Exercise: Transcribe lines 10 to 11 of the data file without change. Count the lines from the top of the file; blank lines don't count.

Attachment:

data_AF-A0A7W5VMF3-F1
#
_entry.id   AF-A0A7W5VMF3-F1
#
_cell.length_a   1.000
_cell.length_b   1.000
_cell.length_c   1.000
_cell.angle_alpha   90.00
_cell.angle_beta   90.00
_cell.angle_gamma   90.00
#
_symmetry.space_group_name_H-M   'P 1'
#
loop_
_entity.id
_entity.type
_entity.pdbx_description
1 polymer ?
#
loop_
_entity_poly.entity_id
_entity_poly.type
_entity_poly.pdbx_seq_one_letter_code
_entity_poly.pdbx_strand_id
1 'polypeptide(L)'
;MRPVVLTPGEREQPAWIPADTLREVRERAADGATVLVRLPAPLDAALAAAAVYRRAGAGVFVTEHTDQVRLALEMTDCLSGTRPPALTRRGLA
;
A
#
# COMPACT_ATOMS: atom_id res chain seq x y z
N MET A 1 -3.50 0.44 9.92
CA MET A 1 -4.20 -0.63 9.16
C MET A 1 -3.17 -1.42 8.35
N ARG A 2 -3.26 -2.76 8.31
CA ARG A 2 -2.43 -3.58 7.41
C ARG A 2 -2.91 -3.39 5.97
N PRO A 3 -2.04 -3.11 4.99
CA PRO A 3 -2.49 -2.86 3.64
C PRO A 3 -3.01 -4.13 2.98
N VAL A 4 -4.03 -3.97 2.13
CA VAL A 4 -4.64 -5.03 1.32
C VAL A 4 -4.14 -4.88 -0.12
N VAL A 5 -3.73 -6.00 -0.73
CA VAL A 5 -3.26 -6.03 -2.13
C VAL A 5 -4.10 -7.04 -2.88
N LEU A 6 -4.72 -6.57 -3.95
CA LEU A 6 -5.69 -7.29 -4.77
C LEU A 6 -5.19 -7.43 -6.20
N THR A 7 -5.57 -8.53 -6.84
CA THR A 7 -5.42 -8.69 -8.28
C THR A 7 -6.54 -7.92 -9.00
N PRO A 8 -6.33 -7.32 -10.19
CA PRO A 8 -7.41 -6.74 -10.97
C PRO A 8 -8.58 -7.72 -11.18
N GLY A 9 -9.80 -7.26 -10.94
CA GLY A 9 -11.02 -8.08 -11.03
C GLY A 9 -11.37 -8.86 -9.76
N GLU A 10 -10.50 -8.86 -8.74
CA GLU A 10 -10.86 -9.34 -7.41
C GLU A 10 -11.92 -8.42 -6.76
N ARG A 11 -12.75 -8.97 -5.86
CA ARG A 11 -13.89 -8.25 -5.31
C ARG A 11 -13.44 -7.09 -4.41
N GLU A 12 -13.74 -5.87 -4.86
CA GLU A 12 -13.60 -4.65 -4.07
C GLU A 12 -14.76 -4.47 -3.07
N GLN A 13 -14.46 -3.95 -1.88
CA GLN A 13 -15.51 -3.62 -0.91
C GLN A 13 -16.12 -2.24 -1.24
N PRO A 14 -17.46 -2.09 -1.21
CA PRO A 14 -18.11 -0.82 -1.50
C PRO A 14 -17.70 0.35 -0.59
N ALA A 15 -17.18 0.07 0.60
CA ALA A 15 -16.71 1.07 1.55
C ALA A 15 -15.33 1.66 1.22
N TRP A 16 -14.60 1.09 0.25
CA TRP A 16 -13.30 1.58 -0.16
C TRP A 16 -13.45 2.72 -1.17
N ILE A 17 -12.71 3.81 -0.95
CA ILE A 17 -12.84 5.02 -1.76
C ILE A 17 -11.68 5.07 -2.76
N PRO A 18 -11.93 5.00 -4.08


_cell.angle_gamma   90.00
#